Designated campsites are usually created along more well-traveled trails and are set up as a designated area to create human impact. Land managers are saying, hey, we know a lot of hikers will be coming through here, so instead of hundreds or thousands of people damaging the whole trail by camping where ever they want, they can camp in this one area that is already cleared and ready to handle the impact. Sometimes, designated campsites also have pit toilets, fire pits, picnic tables, shelters or food storage systems installed.
How to find a backpacking trail
Ok, now that you have a better idea of what you actually want to in a backpacking trail – let’s start looking at trails! Here are some of my favorite places to check.
Alltrails.com – I’m not going to lie, I was not a big fan of the Alltrails app, even paid for the pro version, I did not think it was worth it. But I do like to at least do a quick on the Alltrails website, just to gather some initial information, like what trails exist, and look at any recent comments from other hikers about the trails I’m looking at. Especially here at high elevation in CO, it’s priceless to be able to hear from others if a trail is still snowpacked or not, or if there’s avalanche damage, or if a trail is closed during mud season, etc.
Hiking Project – this is REI’s hiking trails app and it is pretty awesome! It’s free, which I love, and actually had a decent listing of trails for the few areas that I’ve been to and checked out. It shows you the total distance of a trail, the elevation gain and loss as well as a detailed topo map which is amazing!
National Geographic Maps – I know a lot of you are tied to your smartphones and love your apps, so I did give you some options there, but I will always be a map and compass girl, through and through. So, of course, one of my favorite ways to find trails is to actually look for them. On a map! The National Geographic Trails Illustrated maps are by far my favorite. They’re just too easy use and read, and are waterproof and durable enough to take backpacking, so it’s a win-win. As long as you know how to read a map (which you should!) you can gather all the details you need, like mileages from point to point, where campsites and water sources are, elevation gain and loss and any other road crossings or points of interest along the way.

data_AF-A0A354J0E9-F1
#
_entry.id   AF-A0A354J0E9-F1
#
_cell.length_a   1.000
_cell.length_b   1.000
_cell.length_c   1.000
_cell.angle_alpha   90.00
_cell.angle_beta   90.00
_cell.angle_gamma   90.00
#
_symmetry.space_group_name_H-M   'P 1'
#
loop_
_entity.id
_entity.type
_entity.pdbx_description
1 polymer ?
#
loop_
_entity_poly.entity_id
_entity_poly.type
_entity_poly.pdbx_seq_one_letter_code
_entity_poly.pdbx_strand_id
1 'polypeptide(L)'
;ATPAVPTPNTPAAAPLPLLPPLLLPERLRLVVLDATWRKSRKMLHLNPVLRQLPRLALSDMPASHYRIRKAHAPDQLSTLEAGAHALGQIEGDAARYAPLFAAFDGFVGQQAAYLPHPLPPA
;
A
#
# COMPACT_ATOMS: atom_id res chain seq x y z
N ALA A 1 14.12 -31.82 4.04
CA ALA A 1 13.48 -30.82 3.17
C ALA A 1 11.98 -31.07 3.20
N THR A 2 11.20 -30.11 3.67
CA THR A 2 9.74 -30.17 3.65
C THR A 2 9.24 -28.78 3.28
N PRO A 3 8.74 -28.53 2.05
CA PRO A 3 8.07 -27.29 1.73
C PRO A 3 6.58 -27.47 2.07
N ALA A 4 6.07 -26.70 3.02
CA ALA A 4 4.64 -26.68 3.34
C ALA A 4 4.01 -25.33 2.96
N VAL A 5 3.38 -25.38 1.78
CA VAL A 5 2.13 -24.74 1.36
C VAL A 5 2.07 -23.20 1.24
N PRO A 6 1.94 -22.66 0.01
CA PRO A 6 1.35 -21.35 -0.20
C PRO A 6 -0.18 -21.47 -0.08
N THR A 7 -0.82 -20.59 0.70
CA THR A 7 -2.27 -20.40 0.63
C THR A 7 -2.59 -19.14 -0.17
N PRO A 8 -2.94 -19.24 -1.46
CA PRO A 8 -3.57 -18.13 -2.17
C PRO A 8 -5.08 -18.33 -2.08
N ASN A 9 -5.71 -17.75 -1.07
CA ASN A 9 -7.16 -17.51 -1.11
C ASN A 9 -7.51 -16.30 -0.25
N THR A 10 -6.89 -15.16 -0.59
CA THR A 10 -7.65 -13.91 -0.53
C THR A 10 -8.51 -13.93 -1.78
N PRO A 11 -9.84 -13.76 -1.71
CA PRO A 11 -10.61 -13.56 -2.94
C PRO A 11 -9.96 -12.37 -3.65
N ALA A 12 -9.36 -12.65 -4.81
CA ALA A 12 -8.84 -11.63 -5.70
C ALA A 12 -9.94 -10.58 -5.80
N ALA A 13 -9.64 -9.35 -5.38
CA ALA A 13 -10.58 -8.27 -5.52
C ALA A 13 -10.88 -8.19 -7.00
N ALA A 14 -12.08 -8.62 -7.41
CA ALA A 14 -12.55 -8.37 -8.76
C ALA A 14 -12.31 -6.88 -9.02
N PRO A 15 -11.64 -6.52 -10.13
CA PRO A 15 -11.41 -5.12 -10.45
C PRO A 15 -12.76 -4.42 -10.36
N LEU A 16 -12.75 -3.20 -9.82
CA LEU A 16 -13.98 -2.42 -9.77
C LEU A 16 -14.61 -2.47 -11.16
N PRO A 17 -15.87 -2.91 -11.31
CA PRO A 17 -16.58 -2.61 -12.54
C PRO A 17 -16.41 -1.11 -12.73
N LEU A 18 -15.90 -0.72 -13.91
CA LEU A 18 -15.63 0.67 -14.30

Local ranger station, book store, coffee shops, local guide books – If you’re having trouble finding a trail or have more questions, reach out to the local park ranger station or visitor center for more information. Or check the local book stores, gift shops, or coffee shops for any guide books specific to that area.
Check local regulations
Once you’ve found a trail that suits your needs, be sure to check the local regulations either on the managing agency’s website (park service website, state park website, or other privately owned property) or call the local ranger station or visitor center to ask for information or what you need to know ahead of time.
You’re looking for things like – what are the rules on campfires or is there a fire ban? Are there any warnings in effect like flash flooding or wildfire? Is a bear canister required? Where is parking permitted and do you need a permit to park? Where is camping permitted and do you need a permit? What are the rules on fishing and hunting, if that is pertinent to you? Are there group size limits, if you’re going in a group? Is there a limit on the number of nights spent in the area?
Hopefully this helps you narrow down your next or first backpacking trail to head out on!
Let us know what your bucket list trails are in the comments below.
For more backpacking tips for beginners, check out:
- Backpacking Gear Checklist: What to Pack
- Wilderness Backpacking Tips
- 35 Backpacking Tips and Tricks
- 14 Things to do While Camping Alone